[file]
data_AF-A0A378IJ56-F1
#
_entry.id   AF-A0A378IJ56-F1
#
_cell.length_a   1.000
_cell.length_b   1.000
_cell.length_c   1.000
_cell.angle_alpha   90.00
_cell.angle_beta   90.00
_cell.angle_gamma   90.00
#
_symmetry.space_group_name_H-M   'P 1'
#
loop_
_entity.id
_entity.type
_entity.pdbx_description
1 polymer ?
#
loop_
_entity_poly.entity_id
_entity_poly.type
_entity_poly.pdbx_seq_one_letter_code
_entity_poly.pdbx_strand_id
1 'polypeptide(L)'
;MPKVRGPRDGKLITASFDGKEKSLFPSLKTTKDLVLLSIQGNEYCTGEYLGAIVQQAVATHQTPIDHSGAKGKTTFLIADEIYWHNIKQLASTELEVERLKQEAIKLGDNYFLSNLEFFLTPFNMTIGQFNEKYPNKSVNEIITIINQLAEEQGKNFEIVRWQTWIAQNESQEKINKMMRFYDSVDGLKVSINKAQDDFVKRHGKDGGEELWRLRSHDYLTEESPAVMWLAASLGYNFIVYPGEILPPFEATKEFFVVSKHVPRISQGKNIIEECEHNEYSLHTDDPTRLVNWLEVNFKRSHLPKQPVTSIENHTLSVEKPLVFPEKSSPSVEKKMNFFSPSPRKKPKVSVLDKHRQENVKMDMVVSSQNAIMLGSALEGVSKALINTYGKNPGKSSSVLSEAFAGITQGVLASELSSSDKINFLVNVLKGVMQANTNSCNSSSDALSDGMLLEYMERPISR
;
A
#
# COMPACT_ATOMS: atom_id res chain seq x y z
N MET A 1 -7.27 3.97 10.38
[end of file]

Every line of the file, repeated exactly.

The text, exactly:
data_AF-A0A378IJ56-F1
#
_entry.id   AF-A0A378IJ56-F1
#
_cell.length_a   1.000
_cell.length_b   1.000
_cell.length_c   1.000
_cell.angle_alpha   90.00
_cell.angle_beta   90.00
_cell.angle_gamma   90.00
#
_symmetry.space_group_name_H-M   'P 1'
#
loop_
_entity.id
_entity.type
_entity.pdbx_description
1 polymer ?
#
loop_
_entity_poly.entity_id
_entity_poly.type
_entity_poly.pdbx_seq_one_letter_code
_entity_poly.pdbx_strand_id
1 'polypeptide(L)'
;MPKVRGPRDGKLITASFDGKEKSLFPSLKTTKDLVLLSIQGNEYCTGEYLGAIVQQAVATHQTPIDHSGAKGKTTFLIADEIYWHNIKQLASTELEVERLKQEAIKLGDNYFLSNLEFFLTPFNMTIGQFNEKYPNKSVNEIITIINQLAEEQGKNFEIVRWQTWIAQNESQEKINKMMRFYDSVDGLKVSINKAQDDFVKRHGKDGGEELWRLRSHDYLTEESPAVMWLAASLGYNFIVYPGEILPPFEATKEFFVVSKHVPRISQGKNIIEECEHNEYSLHTDDPTRLVNWLEVNFKRSHLPKQPVTSIENHTLSVEKPLVFPEKSSPSVEKKMNFFSPSPRKKPKVSVLDKHRQENVKMDMVVSSQNAIMLGSALEGVSKALINTYGKNPGKSSSVLSEAFAGITQGVLASELSSSDKINFLVNVLKGVMQANTNSCNSSSDALSDGMLLEYMERPISR
;
A
#
# COMPACT_ATOMS: atom_id res chain seq x y z
N MET A 1 -7.27 3.97 10.38